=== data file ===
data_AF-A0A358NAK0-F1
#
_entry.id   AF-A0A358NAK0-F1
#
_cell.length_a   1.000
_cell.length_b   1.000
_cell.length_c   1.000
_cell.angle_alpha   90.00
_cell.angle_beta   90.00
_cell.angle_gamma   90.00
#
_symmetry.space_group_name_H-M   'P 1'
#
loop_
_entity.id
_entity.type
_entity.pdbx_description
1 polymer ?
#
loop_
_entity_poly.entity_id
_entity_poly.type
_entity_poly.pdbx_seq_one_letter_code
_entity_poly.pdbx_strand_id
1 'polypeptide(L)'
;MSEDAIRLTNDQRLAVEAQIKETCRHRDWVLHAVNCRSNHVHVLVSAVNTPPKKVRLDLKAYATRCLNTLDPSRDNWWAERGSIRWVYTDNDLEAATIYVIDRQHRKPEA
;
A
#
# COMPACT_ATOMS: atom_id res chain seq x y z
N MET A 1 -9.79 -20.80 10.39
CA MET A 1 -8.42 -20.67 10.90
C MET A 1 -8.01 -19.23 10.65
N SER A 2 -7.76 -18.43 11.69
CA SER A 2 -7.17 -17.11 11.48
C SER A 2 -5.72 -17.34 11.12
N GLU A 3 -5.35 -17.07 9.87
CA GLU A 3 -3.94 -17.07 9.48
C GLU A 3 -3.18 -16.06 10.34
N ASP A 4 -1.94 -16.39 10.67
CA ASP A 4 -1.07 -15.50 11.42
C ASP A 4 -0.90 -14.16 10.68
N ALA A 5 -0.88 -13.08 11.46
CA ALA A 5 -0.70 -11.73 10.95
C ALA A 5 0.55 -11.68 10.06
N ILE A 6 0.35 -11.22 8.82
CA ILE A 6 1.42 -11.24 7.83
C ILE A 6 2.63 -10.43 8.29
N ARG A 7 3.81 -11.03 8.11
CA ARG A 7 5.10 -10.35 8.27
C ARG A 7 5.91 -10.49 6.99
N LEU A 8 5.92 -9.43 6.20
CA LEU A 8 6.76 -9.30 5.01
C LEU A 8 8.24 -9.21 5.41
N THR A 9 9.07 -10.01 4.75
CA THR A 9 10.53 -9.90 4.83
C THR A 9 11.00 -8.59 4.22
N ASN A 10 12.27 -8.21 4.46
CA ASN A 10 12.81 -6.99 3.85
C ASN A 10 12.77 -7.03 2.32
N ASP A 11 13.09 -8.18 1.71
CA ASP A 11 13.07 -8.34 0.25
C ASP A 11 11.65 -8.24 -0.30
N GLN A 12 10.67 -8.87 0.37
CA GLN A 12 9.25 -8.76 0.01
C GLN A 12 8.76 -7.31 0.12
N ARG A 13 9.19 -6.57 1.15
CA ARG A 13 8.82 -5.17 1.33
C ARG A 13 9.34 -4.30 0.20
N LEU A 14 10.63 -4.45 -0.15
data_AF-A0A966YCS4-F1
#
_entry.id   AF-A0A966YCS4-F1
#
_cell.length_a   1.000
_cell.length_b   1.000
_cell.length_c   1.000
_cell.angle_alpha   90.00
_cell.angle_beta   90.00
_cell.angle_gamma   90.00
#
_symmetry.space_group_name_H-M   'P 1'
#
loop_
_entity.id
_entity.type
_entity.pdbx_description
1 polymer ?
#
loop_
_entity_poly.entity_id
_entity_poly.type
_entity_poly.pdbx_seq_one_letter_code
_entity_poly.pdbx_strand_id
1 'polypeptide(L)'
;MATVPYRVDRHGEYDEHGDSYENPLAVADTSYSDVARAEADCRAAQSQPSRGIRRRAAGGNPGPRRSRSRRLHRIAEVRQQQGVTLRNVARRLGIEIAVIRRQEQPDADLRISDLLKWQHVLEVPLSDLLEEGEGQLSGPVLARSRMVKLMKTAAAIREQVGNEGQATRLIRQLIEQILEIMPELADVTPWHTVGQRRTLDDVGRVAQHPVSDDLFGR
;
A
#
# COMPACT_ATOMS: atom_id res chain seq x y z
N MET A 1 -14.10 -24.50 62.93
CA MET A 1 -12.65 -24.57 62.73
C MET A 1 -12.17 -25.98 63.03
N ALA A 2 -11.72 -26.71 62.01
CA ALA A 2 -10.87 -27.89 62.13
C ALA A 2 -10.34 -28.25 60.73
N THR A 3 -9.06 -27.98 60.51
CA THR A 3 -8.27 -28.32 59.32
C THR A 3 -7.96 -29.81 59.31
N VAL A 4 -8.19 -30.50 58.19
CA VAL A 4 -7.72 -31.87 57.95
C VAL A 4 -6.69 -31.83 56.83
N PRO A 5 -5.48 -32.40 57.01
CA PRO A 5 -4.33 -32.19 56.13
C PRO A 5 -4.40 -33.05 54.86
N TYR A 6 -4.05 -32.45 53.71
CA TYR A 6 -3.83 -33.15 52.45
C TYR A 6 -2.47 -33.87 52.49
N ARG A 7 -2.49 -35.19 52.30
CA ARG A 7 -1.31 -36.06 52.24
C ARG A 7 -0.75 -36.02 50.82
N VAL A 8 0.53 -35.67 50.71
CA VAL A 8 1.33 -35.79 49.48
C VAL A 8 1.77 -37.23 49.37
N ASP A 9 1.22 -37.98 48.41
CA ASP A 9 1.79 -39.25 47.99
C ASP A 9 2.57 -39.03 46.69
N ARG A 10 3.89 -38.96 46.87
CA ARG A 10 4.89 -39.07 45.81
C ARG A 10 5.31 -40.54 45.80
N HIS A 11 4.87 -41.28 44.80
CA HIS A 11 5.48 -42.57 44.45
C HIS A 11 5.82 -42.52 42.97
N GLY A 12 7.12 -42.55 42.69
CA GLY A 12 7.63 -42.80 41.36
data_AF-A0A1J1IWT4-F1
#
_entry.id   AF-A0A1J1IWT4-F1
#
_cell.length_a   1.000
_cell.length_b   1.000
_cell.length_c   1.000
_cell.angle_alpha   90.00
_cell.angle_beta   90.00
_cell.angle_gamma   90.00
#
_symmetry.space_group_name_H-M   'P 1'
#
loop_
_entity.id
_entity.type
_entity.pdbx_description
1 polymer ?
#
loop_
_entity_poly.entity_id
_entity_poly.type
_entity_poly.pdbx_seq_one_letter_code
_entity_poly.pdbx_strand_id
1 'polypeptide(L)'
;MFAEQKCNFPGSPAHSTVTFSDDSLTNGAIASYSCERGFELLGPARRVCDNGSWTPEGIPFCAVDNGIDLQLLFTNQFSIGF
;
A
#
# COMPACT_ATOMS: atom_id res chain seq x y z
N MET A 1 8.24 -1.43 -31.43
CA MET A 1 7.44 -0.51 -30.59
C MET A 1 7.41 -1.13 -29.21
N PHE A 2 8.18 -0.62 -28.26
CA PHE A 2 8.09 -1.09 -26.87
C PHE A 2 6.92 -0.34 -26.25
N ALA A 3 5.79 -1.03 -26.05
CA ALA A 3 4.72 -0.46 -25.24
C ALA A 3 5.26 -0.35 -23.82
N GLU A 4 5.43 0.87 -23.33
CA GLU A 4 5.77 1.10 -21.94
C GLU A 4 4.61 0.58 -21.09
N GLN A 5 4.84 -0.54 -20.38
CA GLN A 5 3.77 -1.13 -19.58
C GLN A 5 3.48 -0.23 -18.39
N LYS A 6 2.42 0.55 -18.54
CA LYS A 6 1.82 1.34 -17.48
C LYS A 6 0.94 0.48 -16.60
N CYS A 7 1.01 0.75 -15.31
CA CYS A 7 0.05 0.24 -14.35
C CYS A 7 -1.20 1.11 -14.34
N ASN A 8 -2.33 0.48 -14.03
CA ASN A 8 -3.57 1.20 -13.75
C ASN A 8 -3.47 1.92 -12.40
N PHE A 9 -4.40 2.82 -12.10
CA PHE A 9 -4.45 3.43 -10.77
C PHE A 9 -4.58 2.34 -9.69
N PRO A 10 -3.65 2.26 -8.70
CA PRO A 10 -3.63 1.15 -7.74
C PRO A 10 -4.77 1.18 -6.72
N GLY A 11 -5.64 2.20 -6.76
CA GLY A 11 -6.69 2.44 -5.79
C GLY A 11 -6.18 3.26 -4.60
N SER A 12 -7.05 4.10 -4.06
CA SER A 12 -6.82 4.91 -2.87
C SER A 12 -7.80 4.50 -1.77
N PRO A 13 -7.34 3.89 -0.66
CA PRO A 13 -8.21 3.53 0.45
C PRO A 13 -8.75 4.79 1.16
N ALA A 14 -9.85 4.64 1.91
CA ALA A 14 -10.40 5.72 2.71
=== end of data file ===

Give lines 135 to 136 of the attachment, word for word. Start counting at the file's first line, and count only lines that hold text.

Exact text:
CA GLY A 12 7.63 -42.80 41.36
data_AF-A0A1J1IWT4-F1